But by the time Trump picked him [Kavanaugh] to replace Kennedy, he had spent 12 years on the appellate court and written hundreds of opinions. Trump’s other appointee, Justice Neil Gorsuch, had been an appellate court judge for 11 years before Trump nominated him to fill the seat vacated by the late Justice Antonin Scalia. Justice Sonia Sotomayor had been an assistant district attorney in New York City, a solo practitioner, and later a corporate litigator and law firm partner. She had been a federal judge, first at the trial court level, and then on the 2nd Circuit Court of Appeals, for 17 years before Obama tapped her for the Supreme Court.
As for Kagan’s 15 years in academia, she wasn’t just any law professor, teaching three classes a year as Barrett did during her 15 years as a full-time law professor. In 2003, Kagan became the first female dean of Harvard Law School, where she had also studied. At the nation’s largest and most prestigious law school, Kagan oversaw a $400 million capital campaign, an operating budget of $180 million, and 500 employees.
Even Harriet Miers had a more substantial legal background than Barrett. Miers was the last woman a Republican president tried (though failed) to put on the high court. . . . Miers had once been a Democrat and conservatives attacked her credentials, suggesting that while she’d litigated and argued a host of cases in federal and state courts, they weren’t the right kind of cases. (Flash forward to Barrett, who has never litigated anything in federal court.)
Barrett is not the only conservative woman with a shallow CV to benefit from an assist from the Federalist Society. Sarah Pitlyk, a former Kavanaugh clerk who had previously worked at an anti-abortion legal nonprofit, is now a Trump-appointed judge on the US District Court for the Eastern District of Missouri. A unanimous committee of the ABA rated her unqualified for the seat, in part because of “a very substantial gap” in her resume.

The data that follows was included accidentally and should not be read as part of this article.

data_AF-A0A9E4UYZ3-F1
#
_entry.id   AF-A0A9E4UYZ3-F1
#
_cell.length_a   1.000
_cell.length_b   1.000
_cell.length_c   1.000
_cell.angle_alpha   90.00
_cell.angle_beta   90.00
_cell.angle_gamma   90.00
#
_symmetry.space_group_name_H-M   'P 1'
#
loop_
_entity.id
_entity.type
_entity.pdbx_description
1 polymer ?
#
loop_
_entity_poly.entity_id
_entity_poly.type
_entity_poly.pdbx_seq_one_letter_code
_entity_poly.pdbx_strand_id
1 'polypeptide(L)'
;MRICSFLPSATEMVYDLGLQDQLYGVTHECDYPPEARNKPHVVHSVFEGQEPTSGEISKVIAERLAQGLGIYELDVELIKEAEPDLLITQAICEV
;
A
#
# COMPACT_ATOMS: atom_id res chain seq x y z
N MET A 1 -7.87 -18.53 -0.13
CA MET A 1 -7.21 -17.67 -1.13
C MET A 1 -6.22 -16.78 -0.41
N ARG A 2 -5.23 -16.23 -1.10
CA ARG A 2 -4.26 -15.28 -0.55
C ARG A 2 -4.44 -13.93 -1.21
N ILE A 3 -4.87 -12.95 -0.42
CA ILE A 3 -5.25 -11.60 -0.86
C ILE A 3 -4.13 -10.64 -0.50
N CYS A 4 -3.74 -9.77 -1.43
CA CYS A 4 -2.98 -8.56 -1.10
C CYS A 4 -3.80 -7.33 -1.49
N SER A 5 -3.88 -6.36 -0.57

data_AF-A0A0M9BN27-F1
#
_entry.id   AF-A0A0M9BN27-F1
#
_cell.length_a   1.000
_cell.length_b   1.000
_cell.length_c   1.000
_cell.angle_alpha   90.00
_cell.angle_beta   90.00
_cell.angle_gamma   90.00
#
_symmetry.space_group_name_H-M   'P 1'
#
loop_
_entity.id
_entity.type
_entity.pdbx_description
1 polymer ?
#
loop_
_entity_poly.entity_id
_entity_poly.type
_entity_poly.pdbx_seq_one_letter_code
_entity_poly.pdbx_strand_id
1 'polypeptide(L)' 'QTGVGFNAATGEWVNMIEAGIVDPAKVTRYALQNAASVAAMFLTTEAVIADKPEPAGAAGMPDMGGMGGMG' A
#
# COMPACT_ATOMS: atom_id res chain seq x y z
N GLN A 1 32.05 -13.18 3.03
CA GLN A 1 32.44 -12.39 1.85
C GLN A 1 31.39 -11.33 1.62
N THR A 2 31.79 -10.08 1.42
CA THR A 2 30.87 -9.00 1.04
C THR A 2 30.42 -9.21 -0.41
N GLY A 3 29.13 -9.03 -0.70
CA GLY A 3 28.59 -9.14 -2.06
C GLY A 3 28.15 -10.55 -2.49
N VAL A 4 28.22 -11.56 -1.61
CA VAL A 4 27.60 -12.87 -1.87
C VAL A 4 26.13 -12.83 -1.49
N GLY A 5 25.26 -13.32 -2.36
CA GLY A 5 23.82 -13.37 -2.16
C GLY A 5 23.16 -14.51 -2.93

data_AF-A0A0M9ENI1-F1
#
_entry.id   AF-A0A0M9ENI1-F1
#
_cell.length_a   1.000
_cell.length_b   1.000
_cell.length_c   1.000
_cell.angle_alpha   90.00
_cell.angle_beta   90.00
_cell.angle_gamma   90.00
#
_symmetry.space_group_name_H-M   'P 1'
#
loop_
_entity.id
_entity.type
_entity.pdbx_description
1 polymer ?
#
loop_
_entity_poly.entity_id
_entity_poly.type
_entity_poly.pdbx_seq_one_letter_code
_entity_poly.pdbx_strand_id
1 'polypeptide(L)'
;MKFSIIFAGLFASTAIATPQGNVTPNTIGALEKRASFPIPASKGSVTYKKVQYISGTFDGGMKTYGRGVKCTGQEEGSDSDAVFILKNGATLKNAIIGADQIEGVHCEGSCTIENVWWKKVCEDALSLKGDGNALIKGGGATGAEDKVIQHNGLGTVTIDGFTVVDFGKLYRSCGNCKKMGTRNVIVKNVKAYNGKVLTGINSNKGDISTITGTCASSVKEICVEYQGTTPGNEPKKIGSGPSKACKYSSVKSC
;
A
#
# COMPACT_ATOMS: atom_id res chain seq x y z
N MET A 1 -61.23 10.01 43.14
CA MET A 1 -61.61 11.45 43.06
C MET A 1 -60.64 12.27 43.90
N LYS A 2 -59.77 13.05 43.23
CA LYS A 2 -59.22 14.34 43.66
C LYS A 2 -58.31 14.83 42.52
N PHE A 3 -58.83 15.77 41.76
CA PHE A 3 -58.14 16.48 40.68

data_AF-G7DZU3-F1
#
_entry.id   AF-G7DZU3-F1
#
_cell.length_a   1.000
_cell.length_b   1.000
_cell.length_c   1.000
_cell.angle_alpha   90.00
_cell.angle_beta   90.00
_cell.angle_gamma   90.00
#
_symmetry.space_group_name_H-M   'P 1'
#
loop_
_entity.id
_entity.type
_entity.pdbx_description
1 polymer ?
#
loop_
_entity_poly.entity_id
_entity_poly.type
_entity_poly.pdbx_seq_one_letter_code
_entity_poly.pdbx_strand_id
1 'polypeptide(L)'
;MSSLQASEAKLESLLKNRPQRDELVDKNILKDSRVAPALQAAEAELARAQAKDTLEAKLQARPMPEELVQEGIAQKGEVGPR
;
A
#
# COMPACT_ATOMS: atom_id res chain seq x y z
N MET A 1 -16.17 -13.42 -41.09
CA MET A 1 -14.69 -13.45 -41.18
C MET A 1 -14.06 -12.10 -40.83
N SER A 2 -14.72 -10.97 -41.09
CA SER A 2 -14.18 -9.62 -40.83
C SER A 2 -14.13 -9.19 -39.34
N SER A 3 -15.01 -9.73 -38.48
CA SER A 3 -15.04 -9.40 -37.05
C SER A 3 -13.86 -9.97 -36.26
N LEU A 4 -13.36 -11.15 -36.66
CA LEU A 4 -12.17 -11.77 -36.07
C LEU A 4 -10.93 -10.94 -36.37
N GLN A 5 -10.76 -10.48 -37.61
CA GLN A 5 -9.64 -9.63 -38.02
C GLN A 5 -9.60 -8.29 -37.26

Historically, Maxwell says, the conservative movement has made an exception for women like Barrett as long as they are furthering its anti-feminist agenda. She compares her to another Catholic superwoman of the religious right, the late Phyllis Schlafly, mother of six, who worked full time to defeat the Equal Rights Amendment as part of her lifelong campaign to keep mothers out of the workplace.
“She’s clearly very intelligent,” Maxwell says of Barrett, but her nomination is reminiscent of the time when Sen. John McCain (R-Ariz.) was trying to find a woman to put on the 2012 GOP presidential ticket and emerged with Sarah Palin.
Barrett also checks another important box for the religious right: Men who would like to see the Supreme Court overturn the landmark abortion rights case Roe v. Wade have long hoped to have a woman cast the deciding vote. “It washes away the stench of it being sexist if it’s coming from a woman,” Maxwell says. Having not just a woman but one with seven children poised to overturn Roe explains conservatives’ outsize enthusiasm for a nominee whose professional record falls short when compared with most Supreme Court justices. “That is really part of the symbolic strategy,” Maxwell says. “I can still have it all, adopt the babies, have all of the children, cherish life, and still have all the success that every woman wants.”
Sunday, October 25, 2020
Amy Coney Barrett Is the Least Experienced Supreme Court Nominee in 30 Years
Mother Jones looks at Barrett's lack of credentials, including the fact that she has never tried a single case - something that I as a office practice based corporate/commercial law attorney have done on a number of occasions, plus I have written numerous appellate briefs, unlike Barrett. Here are article highlights: